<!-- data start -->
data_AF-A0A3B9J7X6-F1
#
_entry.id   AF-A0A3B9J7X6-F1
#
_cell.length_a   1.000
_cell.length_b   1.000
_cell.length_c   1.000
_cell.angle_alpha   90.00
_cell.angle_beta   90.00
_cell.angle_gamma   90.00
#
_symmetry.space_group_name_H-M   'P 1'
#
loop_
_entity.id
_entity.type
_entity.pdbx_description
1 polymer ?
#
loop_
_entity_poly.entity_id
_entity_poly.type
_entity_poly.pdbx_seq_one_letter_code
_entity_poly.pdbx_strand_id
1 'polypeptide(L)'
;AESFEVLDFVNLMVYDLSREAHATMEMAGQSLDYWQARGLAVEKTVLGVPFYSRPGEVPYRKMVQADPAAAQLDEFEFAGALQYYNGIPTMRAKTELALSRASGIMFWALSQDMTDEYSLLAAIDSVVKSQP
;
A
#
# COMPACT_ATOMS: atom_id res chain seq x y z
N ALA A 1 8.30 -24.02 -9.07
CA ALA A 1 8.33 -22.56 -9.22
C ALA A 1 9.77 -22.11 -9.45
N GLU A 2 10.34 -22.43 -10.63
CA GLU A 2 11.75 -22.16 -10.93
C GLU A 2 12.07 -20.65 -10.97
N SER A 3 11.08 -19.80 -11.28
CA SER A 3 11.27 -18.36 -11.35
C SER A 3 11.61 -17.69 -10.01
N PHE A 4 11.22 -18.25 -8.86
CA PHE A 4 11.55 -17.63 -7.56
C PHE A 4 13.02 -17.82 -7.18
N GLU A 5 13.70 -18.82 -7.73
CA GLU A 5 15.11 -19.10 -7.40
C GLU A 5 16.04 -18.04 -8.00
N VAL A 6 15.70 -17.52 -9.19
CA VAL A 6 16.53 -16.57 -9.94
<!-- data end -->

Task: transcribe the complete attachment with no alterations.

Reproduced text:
data_AF-A0A3B9J7X6-F1
#
_entry.id   AF-A0A3B9J7X6-F1
#
_cell.length_a   1.000
_cell.length_b   1.000
_cell.length_c   1.000
_cell.angle_alpha   90.00
_cell.angle_beta   90.00
_cell.angle_gamma   90.00
#
_symmetry.space_group_name_H-M   'P 1'
#
loop_
_entity.id
_entity.type
_entity.pdbx_description
1 polymer ?
#
loop_
_entity_poly.entity_id
_entity_poly.type
_entity_poly.pdbx_seq_one_letter_code
_entity_poly.pdbx_strand_id
1 'polypeptide(L)'
;AESFEVLDFVNLMVYDLSREAHATMEMAGQSLDYWQARGLAVEKTVLGVPFYSRPGEVPYRKMVQADPAAAQLDEFEFAGALQYYNGIPTMRAKTELALSRASGIMFWALSQDMTDEYSLLAAIDSVVKSQP
;
A
#
# COMPACT_ATOMS: atom_id res chain seq x y z
N ALA A 1 8.30 -24.02 -9.07
CA ALA A 1 8.33 -22.56 -9.22
C ALA A 1 9.77 -22.11 -9.45
N GLU A 2 10.34 -22.43 -10.63
CA GLU A 2 11.75 -22.16 -10.93
C GLU A 2 12.07 -20.65 -10.97
N SER A 3 11.08 -19.80 -11.28
CA SER A 3 11.27 -18.36 -11.35
C SER A 3 11.61 -17.69 -10.01
N PHE A 4 11.22 -18.25 -8.86
CA PHE A 4 11.55 -17.63 -7.56
C PHE A 4 13.02 -17.82 -7.18
N GLU A 5 13.70 -18.82 -7.73
CA GLU A 5 15.11 -19.10 -7.40
C GLU A 5 16.04 -18.04 -8.00
N VAL A 6 15.70 -17.52 -9.19
CA VAL A 6 16.53 -16.57 -9.94